The Washington Post mentions Richard A. Sander's article A Systemic Analysis of Affirmative Action in American Law Schools.
SCOTUSBlog references Jason Zarrow and William Milliken's SLR Online article Retroactivity, the Due Process Clause, and the Federal Question in Montgomery v. Louisiana.
The Atlantic mentions Keith Cunningham's article Father Time: Flexible Work Arrangements and the Law Firm's Failure of the Family.
Justice Scalia cites Is Capital Punishment Morally Required? Acts, Omissions, and Life-Life Tradeoffs in his concurring opinion in Glossip v. Gross.
Justice Breyer cites Uses and Abuses of Empirical Evidence in the Death Penalty Debate in his dissent in Glossip v. Gross.
Justice Kagan cites Statutory Interpretation from the Inside in her dissent in Yates v. United States.
SCOTUSBlog references Mark Rienzi's SLR Online article Substantive Due Process as a Two-Way Street.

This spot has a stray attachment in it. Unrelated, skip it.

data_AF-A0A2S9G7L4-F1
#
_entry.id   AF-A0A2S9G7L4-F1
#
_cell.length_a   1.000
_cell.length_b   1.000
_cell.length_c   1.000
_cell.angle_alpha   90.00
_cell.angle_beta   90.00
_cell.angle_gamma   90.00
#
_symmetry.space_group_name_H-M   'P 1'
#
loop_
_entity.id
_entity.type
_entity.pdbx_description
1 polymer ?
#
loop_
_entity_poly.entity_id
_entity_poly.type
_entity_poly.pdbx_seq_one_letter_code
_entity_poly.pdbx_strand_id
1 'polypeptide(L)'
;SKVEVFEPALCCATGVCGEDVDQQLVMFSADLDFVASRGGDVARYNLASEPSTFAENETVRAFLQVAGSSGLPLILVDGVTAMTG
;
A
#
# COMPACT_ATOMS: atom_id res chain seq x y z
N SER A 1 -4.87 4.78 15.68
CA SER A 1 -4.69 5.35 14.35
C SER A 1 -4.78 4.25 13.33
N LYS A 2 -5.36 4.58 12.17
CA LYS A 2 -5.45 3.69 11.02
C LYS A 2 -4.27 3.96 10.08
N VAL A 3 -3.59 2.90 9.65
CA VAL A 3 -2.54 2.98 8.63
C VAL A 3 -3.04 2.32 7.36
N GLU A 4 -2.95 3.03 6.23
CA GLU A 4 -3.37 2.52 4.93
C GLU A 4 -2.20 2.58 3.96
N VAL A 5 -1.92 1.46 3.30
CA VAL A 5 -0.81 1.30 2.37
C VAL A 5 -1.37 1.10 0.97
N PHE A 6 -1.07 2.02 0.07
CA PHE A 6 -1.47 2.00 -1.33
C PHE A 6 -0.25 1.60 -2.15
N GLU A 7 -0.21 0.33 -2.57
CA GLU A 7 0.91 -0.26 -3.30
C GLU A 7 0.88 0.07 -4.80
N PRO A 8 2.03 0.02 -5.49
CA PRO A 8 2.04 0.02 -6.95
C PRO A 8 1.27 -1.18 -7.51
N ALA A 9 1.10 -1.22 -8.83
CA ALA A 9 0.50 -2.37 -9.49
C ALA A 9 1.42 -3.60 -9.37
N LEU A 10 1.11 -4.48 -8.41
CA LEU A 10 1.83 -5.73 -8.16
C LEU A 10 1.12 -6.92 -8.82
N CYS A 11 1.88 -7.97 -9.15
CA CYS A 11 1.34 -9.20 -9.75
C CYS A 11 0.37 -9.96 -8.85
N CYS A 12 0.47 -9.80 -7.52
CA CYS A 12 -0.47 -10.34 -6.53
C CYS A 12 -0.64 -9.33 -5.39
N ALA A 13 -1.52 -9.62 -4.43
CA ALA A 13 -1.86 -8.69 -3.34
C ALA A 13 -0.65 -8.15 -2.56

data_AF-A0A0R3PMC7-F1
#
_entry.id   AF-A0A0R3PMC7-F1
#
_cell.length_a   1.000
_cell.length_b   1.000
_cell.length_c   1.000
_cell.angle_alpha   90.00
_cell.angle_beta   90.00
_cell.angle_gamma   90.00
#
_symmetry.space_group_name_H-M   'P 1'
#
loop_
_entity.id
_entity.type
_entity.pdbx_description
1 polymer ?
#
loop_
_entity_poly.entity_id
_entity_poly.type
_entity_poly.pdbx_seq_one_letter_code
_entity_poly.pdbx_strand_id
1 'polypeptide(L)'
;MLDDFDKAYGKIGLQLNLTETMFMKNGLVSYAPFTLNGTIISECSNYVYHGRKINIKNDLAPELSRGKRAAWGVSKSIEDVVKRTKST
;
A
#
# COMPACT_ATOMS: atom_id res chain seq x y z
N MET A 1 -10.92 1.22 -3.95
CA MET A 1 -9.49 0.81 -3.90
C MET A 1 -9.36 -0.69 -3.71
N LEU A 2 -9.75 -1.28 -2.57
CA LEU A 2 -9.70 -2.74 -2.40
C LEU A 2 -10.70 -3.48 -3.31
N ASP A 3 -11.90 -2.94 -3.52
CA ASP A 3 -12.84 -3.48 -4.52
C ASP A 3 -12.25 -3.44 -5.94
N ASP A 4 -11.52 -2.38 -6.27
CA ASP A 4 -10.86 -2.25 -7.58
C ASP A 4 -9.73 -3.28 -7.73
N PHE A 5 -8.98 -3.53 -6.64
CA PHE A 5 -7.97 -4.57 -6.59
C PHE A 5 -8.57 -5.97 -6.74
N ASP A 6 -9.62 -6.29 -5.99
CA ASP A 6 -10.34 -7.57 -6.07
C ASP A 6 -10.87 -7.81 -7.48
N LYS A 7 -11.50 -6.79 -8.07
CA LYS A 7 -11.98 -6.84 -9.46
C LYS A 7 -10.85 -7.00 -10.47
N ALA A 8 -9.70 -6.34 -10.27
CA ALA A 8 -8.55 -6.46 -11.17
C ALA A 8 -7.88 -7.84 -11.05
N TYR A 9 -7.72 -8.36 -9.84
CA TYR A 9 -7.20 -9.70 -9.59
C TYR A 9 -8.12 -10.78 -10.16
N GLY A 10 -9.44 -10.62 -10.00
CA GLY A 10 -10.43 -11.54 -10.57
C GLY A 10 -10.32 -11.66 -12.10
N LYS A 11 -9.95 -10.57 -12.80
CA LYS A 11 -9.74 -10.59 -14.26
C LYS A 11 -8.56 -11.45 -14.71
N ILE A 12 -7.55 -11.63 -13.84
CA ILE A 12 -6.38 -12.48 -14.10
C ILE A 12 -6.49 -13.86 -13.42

The National Journal praises Substantive Due Process as a Two-Way Street.
The Economist references The Drone as a Privacy Catalyst.
The Green Bag lauds Toby Heytens's article Reassignment as an "exemplar of good legal writing" from 2014.
The Economist mentions Urska Velikonja's forthcoming article Public Compensation for Private Harm in the cover article of its August 30 issue.
The Economist writes a column on Stephen Bainbridge's and Todd Henderson's article Boards-R-Us.
SCOTUSBlog cites Eric Hansford's Volume 63 note Measuring the Effects of Specialization with Circuit Split Resolutions in one of its Academic Highlight blog posts.
The Atlantic and The National Journal cite Jeffrey Rosen's SLR Online article The Right to Be Forgotten.
WSJ MoneyBeat writes a column about Urska Velikonja's forthcoming article Public Compensation for Private Harm.
Education Law Prof Blog discusses Joshua Weishart's article Transcending Equality Versus Adequacy.
The D.C. Circuit cites Statutory Interpretation from the Inside in Loving v. IRS (PDF).
Constitutional Law Prof Blog discusses Toby Heytens's article Reassignment.
Justice Scalia cites Beyond DOMA: Choice of State Law in Federal Statutes in his dissent in Windsor.